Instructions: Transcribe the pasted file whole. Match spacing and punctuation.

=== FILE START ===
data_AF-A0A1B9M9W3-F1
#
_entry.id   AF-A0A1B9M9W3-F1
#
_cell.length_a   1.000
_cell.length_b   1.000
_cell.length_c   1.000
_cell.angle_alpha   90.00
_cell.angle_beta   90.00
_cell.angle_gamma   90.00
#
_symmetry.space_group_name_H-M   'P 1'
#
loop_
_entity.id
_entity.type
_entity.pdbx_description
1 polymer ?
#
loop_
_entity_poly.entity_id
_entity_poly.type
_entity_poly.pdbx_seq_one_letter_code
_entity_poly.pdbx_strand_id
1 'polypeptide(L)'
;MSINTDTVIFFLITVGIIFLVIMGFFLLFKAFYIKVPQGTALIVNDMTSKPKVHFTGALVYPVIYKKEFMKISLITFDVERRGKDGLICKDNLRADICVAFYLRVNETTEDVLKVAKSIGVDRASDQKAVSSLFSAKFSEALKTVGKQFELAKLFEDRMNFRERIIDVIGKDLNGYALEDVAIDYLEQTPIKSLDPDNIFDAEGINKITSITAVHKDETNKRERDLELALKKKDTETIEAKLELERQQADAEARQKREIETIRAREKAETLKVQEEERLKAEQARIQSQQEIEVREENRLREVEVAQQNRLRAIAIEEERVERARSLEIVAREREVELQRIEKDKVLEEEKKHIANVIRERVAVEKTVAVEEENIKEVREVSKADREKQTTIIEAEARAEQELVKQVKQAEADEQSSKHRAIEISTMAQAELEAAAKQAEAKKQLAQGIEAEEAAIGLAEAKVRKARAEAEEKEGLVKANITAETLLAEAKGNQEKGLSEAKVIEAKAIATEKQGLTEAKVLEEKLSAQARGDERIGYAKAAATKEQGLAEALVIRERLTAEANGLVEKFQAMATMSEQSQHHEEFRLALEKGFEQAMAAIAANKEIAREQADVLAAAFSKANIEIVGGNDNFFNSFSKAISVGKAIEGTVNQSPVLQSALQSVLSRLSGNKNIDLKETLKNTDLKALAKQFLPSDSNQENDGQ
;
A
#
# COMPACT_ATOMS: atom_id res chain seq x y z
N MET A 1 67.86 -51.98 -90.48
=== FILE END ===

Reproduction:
data_AF-A0A1B9M9W3-F1
#
_entry.id   AF-A0A1B9M9W3-F1
#
_cell.length_a   1.000
_cell.length_b   1.000
_cell.length_c   1.000
_cell.angle_alpha   90.00
_cell.angle_beta   90.00
_cell.angle_gamma   90.00
#
_symmetry.space_group_name_H-M   'P 1'
#
loop_
_entity.id
_entity.type
_entity.pdbx_description
1 polymer ?
#
loop_
_entity_poly.entity_id
_entity_poly.type
_entity_poly.pdbx_seq_one_letter_code
_entity_poly.pdbx_strand_id
1 'polypeptide(L)'
;MSINTDTVIFFLITVGIIFLVIMGFFLLFKAFYIKVPQGTALIVNDMTSKPKVHFTGALVYPVIYKKEFMKISLITFDVERRGKDGLICKDNLRADICVAFYLRVNETTEDVLKVAKSIGVDRASDQKAVSSLFSAKFSEALKTVGKQFELAKLFEDRMNFRERIIDVIGKDLNGYALEDVAIDYLEQTPIKSLDPDNIFDAEGINKITSITAVHKDETNKRERDLELALKKKDTETIEAKLELERQQADAEARQKREIETIRAREKAETLKVQEEERLKAEQARIQSQQEIEVREENRLREVEVAQQNRLRAIAIEEERVERARSLEIVAREREVELQRIEKDKVLEEEKKHIANVIRERVAVEKTVAVEEENIKEVREVSKADREKQTTIIEAEARAEQELVKQVKQAEADEQSSKHRAIEISTMAQAELEAAAKQAEAKKQLAQGIEAEEAAIGLAEAKVRKARAEAEEKEGLVKANITAETLLAEAKGNQEKGLSEAKVIEAKAIATEKQGLTEAKVLEEKLSAQARGDERIGYAKAAATKEQGLAEALVIRERLTAEANGLVEKFQAMATMSEQSQHHEEFRLALEKGFEQAMAAIAANKEIAREQADVLAAAFSKANIEIVGGNDNFFNSFSKAISVGKAIEGTVNQSPVLQSALQSVLSRLSGNKNIDLKETLKNTDLKALAKQFLPSDSNQENDGQ
;
A
#
# COMPACT_ATOMS: atom_id res chain seq x y z
N MET A 1 67.86 -51.98 -90.48